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Superintendent tackles budget concerns
Board to approve budget in June
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About 75 parents, teachers and students braved the rainy weather Thursday night to attend a budget forum hosted by Newton County School Superintendent Dr. Gary Mathews and other school system officials, in an effort to voice their concerns and hear a more thorough explanation of the $9 million worth of potential cuts to the 2011-2012 budget.

After an introduction from Mathews, Deputy Superintendent for Operations Dr. Dennis Carpenter gave the audience an overview of the system’s current financial situation. During the presentation he touched on the fact that Newton County has not received roughly $30 million in the last five years from the state of monies earned from Quality Basic Education funds, and that property taxes have essentially remained the same since 2006, although the county has grown by approximately 2,000 students in that time.

Mathews then ran through the list of 13 potential cuts to the budget, what those cuts would mean and how much they could save the system before opening the meeting to the public. While members of the

audience took turns speaking, Mathews and Carpenter could be seen taking notes on the questions asked.

Questions ranged from a teacher who wanted to know when things would get better for her and her fellow educators, who have faced pay freezes and cuts to how much the system pays toward their health benefits, to students who were concerned with a switch to a seven-period day from block scheduling.

Several bus drivers and parents of special needs children expressed their concerns that cuts to the transportation system would eliminate bus monitors on special education buses, and some questioned the proposed switch that would eliminate Sharp Learning Center and implement Ombudsman as alternative education for Newton County students referred there for a variety of reasons.

After listening to all questions, Mathews and Carpenter provided answers for the majority. Parents and bus drivers of special needs students were assured that if children needed a bus monitor per their IEP they would have one, and questions about transportation and building costs associated with Ombudsman were put to rest as well (transportation will be provided by the school system and the alternative school operates out of store-front buildings so there would be no need to build another school).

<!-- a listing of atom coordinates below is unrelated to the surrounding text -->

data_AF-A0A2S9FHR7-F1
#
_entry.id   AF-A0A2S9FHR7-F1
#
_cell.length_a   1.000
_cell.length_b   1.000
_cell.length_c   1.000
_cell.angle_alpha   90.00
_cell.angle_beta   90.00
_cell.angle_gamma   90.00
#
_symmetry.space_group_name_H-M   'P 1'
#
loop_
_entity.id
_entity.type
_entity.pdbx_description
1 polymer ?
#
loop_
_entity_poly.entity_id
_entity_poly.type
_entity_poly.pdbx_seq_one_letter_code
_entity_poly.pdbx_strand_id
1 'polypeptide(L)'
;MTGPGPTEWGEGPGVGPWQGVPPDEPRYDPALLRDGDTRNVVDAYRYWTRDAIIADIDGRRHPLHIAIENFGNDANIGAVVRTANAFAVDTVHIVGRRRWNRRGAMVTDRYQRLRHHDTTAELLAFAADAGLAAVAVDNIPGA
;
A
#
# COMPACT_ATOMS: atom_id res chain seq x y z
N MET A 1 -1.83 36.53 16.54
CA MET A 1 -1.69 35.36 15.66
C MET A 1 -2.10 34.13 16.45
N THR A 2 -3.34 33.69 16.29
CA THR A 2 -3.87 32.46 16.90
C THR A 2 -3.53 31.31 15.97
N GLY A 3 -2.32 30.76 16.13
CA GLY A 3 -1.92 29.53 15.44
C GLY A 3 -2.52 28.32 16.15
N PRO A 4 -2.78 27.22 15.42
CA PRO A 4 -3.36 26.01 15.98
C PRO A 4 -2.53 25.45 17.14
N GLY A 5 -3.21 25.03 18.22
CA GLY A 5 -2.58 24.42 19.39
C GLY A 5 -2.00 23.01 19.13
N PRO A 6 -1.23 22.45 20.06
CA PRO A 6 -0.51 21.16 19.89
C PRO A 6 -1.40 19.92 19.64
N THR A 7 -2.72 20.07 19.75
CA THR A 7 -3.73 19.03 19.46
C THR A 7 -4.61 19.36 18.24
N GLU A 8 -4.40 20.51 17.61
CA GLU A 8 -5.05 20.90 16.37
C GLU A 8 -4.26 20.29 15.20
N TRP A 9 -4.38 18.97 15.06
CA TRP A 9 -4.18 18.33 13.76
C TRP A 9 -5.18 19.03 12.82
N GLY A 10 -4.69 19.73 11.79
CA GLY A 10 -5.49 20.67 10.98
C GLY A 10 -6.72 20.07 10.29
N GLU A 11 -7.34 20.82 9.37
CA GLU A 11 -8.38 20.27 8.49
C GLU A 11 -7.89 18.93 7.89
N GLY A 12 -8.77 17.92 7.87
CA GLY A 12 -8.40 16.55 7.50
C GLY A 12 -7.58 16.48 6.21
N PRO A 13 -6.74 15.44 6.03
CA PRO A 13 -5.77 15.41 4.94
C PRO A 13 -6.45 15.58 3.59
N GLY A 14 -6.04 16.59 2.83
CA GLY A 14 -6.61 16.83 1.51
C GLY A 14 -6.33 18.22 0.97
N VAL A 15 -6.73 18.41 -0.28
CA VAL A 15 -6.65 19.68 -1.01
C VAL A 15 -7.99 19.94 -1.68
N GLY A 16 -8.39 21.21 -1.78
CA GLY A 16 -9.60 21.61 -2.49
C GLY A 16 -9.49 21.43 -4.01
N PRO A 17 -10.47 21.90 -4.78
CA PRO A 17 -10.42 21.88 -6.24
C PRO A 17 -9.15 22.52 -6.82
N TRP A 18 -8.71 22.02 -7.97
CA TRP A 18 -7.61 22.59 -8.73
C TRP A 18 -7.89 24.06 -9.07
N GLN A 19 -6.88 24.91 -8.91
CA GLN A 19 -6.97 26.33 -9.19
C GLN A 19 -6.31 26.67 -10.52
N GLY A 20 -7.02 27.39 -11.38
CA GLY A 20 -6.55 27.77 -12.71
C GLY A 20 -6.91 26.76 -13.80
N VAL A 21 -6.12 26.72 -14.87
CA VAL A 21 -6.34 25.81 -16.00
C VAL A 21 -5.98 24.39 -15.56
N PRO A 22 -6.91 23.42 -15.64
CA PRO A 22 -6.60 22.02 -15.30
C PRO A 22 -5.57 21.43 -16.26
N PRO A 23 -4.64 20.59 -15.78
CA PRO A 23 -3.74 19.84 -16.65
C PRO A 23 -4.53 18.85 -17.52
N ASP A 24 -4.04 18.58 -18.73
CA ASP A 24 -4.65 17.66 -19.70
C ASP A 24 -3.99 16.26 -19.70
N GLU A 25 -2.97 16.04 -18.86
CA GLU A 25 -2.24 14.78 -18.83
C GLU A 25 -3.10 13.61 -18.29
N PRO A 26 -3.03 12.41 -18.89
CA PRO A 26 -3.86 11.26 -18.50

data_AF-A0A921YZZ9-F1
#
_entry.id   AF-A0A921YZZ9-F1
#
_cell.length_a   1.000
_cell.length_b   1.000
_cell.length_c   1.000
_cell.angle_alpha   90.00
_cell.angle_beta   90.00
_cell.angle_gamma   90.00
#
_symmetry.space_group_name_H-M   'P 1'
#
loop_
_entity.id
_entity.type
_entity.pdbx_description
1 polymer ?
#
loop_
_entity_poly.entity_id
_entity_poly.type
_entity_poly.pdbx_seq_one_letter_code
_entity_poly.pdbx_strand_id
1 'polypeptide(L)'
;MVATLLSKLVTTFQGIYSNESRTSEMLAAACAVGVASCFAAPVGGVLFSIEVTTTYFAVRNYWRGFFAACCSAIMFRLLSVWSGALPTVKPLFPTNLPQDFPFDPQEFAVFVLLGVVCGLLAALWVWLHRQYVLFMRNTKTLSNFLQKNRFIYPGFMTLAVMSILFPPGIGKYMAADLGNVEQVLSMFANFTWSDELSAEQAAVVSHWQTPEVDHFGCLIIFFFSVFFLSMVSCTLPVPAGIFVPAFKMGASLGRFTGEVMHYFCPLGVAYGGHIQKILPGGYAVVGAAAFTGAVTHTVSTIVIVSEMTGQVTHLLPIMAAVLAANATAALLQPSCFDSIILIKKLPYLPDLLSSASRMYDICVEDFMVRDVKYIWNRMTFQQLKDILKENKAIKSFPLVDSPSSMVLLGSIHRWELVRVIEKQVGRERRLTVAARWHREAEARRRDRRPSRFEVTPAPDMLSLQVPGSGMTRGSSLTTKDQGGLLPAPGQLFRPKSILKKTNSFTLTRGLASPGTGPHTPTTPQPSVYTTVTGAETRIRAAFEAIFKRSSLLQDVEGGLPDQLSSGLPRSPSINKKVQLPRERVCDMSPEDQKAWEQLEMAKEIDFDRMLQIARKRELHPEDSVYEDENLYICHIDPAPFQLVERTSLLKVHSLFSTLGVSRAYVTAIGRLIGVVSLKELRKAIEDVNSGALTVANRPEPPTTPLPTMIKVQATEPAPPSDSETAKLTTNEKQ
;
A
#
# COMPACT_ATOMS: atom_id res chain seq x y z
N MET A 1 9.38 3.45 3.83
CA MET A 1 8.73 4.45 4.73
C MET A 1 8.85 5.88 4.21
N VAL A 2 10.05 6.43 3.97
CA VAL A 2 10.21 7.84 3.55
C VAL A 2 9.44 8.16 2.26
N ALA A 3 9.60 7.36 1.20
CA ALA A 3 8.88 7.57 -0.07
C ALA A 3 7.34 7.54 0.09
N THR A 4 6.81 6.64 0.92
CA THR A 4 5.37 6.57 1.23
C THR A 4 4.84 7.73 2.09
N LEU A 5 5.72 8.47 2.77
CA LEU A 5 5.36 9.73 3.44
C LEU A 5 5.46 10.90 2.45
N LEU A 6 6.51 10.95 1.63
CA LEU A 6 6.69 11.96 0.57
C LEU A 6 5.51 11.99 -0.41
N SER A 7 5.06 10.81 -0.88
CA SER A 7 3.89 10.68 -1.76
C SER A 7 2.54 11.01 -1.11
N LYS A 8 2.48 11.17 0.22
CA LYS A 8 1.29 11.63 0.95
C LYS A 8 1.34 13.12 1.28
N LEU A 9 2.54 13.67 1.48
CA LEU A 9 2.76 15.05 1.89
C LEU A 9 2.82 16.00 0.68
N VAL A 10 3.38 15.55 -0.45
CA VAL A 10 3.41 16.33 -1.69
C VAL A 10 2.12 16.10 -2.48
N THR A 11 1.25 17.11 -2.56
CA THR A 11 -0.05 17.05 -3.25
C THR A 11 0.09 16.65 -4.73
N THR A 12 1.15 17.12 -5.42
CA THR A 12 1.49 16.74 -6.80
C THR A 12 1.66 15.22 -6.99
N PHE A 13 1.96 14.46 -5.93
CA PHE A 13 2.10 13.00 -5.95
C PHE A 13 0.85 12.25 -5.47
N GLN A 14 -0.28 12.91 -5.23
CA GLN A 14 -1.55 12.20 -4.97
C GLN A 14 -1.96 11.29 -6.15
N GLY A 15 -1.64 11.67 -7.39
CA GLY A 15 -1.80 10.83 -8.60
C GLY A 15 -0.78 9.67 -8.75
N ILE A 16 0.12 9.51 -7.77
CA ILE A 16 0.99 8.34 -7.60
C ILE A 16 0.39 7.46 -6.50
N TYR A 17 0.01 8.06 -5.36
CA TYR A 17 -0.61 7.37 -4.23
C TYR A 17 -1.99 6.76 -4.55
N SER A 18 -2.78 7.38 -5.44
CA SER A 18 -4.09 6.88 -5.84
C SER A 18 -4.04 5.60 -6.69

A rumor of guns found at Alcovy High School was debunked and the students who had concerns with a switch from block scheduling were told by teachers and an assistant principal that a seven-period day had worked best at other schools and had shown an increase in test scores amongst students. Mathews admitted there was no concrete proof of which system worked better, but those familiar with both seemed in favor of a switch.

He also reminded those in attendance that the system was facing a possible cut of $6.5 million locally and up to $3 million from the state, with another nearly $2 million cut in federal stimulus funds that will run out after this year.

"We recognize the human pain associated with these cuts and we wish we were in a different place," said Mathews. "But we are where we are… If it were not for the budget crisis, we would not be here."

Mathews reminded those in attendance that the stakeholders survey which can be found at will remain open until 5 p.m. Feb. 8. So far, about 2,500 people have taken the survey and he said that officials will release the results shortly after the survey comes to a close.

The Board of Education is scheduled to approve a tentative budget in May and they have until May 15 to extend teacher contracts. The final budget must be approved in June. The board will hold its February work session at 7 p.m. Tuesday and are scheduled to talk more about three-tier transportation and to hear from officials at Union Grove High School about a seven-period day with a focus period.